Museums publish two hidden pages from Anne Frank's diary

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Anne wrote her diary while in hiding from the Nazis with her family during World War II.

He edited and published her writings in hiding after the war, making Anne Frank one of the world's most famous Holocaust victims.Anne Frank wrote the jokes on September 28, 1942, just three months after the family began their two-year stay at the hiding place.

Leopold and a senior researcher on the project, Peter de Bruijn, both expressed to the Times the value of the uncovered diary pages for offering more insight into Anne Frank's development as a writer rather than for the content she wrote about.

The Anne Frank House Museum said at a presentation that it, and several Dutch historical institutes, were able to reproduce the lost pages after years of study by shining a light through them and photographing them in high resolution. The pages include 4 dirty jokes. "They make it clear that Anne, with all her gifts, was above all also an ordinary girl".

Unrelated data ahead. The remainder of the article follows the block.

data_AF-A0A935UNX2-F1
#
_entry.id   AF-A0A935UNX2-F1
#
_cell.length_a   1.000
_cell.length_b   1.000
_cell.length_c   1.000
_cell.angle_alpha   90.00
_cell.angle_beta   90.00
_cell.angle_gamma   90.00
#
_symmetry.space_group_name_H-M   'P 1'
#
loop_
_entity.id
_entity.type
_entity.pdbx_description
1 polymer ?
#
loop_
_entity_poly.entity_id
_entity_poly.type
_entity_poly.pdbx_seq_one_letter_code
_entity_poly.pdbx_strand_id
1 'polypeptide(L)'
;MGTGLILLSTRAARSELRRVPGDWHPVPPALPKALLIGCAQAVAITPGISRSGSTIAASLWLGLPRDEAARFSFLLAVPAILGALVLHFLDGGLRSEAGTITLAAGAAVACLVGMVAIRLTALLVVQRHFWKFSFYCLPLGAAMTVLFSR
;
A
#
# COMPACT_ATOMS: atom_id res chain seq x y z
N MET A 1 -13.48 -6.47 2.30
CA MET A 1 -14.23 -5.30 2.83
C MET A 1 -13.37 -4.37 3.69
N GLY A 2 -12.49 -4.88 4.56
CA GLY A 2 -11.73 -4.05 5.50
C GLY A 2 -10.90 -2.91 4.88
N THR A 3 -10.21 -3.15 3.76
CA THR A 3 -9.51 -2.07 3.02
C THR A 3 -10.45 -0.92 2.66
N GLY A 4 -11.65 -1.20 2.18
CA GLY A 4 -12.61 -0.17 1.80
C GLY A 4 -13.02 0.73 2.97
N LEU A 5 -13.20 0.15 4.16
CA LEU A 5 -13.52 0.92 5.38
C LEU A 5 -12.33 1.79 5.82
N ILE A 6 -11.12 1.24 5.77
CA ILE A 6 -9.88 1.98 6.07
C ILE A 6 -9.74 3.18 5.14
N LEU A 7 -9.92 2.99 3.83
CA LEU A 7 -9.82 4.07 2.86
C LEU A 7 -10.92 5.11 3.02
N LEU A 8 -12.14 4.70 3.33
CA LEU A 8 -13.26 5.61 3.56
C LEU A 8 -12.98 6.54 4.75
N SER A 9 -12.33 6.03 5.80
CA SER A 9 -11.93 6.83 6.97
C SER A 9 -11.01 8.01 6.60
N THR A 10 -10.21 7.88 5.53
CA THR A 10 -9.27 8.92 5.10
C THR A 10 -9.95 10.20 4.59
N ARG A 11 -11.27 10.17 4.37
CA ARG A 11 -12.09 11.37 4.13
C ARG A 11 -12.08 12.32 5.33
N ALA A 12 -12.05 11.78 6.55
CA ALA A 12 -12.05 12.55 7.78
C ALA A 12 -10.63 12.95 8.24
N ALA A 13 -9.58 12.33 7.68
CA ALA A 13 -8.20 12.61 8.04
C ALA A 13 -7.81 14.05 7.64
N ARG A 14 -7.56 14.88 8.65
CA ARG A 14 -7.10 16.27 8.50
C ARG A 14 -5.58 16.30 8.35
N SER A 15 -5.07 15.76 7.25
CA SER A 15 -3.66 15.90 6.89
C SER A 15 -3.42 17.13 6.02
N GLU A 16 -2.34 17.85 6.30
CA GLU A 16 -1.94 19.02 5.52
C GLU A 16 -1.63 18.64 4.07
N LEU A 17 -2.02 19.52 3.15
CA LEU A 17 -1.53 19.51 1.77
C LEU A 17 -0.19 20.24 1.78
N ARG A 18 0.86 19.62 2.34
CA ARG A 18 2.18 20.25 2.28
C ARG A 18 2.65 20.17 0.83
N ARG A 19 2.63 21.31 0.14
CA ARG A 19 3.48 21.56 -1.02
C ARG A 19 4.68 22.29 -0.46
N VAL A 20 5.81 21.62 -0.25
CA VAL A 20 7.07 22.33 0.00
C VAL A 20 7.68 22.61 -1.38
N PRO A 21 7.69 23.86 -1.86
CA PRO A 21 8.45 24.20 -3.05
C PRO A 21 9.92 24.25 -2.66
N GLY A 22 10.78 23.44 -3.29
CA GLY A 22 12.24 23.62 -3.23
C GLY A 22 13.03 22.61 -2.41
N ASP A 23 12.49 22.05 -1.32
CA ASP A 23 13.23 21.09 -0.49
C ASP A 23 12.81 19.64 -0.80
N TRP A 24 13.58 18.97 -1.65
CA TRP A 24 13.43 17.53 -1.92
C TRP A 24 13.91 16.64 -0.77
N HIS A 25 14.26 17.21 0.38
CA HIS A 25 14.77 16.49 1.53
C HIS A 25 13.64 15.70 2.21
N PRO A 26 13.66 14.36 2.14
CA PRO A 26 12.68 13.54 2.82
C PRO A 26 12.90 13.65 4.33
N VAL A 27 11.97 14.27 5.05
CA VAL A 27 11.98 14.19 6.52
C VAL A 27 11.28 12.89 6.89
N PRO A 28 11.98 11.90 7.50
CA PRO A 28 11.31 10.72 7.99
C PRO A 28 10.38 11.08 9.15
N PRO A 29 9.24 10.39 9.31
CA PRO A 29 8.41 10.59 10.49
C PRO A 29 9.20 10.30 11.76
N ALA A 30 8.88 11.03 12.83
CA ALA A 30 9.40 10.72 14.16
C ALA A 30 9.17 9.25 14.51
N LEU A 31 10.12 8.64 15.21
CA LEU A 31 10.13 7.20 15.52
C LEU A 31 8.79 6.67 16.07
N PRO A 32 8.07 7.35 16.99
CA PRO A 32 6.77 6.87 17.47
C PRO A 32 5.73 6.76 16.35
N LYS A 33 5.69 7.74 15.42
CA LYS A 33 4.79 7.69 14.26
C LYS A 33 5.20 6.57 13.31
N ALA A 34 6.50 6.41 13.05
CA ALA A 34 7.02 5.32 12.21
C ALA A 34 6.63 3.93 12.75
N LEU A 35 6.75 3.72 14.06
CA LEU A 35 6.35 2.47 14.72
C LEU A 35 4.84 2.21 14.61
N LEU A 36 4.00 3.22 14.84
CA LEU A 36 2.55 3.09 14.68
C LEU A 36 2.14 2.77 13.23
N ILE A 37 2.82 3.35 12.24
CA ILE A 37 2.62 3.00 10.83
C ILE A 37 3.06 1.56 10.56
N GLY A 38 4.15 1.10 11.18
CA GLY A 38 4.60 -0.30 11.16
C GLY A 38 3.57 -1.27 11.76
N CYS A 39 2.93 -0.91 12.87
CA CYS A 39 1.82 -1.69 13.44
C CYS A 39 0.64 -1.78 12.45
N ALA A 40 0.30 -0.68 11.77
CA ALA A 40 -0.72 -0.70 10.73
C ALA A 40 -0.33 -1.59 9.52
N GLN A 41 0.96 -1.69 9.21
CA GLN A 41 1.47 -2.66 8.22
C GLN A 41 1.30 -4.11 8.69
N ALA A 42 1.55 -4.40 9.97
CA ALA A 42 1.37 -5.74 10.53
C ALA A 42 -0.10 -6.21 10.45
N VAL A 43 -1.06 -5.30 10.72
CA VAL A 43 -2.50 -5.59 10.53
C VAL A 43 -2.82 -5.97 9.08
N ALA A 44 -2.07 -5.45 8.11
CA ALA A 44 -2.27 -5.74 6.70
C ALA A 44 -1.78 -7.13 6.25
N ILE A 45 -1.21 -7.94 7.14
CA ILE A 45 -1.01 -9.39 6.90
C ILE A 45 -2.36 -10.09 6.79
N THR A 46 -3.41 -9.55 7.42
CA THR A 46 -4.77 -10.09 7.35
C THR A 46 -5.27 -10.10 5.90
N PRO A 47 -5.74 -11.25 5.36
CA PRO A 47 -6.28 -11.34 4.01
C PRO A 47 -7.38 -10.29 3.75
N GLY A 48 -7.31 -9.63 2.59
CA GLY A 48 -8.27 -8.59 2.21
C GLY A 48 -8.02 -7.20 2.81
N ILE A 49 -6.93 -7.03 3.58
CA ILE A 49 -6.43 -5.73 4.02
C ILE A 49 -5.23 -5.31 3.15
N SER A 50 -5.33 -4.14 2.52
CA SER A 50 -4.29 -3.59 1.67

"It's a very cautious start to her becoming a writer", Leopold told the New York Times. On prostitution, Frank noted that "in Paris they have big houses for that".

"I'll use this spoiled page to write down "dirty" jokes", a 13-year-old Anne wrote on a page with crossed-out sentences.


A video shows the text underneath two taped off pages from Anne Frank's diary during a press conference at The Anne Frank Foundation's office in Amsterdam, Netherlands, Tuesday, May 15, 2018.

However, he said it provides an early example of how Anne "creates a fictional situation that makes it easier for her to address the sensitive topics that she writes about".

She also described a young woman getting her period around age 14 as "a sign that she is ripe to have relations with a man but one doesn't do that of course before one is married".

Defending the decision to release the newly-found texts, the foundation said "over the decades Anne has grown to become the worldwide symbol of the Holocaust, and Anne the girl has increasingly faded into the background".

In her diary, Anne chronicled her life in hiding until August 1944, when her family was most likely betrayed and sent to Nazi concentration camps.

The house where the Franks hid has been turned into museum, making it one of Amsterdam's most visited attractions.

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